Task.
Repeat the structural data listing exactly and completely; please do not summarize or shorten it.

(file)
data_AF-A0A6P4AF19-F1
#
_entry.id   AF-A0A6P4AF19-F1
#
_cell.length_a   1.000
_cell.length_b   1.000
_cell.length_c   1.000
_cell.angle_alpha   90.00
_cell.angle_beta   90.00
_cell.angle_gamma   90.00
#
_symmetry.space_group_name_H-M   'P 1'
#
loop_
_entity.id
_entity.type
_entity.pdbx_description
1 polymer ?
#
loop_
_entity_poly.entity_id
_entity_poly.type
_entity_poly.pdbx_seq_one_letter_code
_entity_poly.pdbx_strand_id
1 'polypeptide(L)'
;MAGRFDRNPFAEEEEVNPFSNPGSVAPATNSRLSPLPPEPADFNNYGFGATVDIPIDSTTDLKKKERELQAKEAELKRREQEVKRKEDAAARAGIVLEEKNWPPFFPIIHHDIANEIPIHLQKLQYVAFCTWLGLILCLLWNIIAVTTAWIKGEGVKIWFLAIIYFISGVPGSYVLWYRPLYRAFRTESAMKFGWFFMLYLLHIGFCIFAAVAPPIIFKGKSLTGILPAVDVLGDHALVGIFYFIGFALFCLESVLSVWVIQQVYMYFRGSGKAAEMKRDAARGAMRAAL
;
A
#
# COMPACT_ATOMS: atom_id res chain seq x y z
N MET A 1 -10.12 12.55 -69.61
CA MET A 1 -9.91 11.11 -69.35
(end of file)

data_AF-A0A6P4AF19-F1
#
_entry.id   AF-A0A6P4AF19-F1
#
_cell.length_a   1.000
_cell.length_b   1.000
_cell.length_c   1.000
_cell.angle_alpha   90.00
_cell.angle_beta   90.00
_cell.angle_gamma   90.00
#
_symmetry.space_group_name_H-M   'P 1'
#
loop_
_entity.id
_entity.type
_entity.pdbx_description
1 polymer ?
#
loop_
_entity_poly.entity_id
_entity_poly.type
_entity_poly.pdbx_seq_one_letter_code
_entity_poly.pdbx_strand_id
1 'polypeptide(L)'
;MAGRFDRNPFAEEEEVNPFSNPGSVAPATNSRLSPLPPEPADFNNYGFGATVDIPIDSTTDLKKKERELQAKEAELKRREQEVKRKEDAAARAGIVLEEKNWPPFFPIIHHDIANEIPIHLQKLQYVAFCTWLGLILCLLWNIIAVTTAWIKGEGVKIWFLAIIYFISGVPGSYVLWYRPLYRAFRTESAMKFGWFFMLYLLHIGFCIFAAVAPPIIFKGKSLTGILPAVDVLGDHALVGIFYFIGFALFCLESVLSVWVIQQVYMYFRGSGKAAEMKRDAARGAMRAAL
;
A
#
# COMPACT_ATOMS: atom_id res chain seq x y z
N MET A 1 -10.12 12.55 -69.61
CA MET A 1 -9.91 11.11 -69.35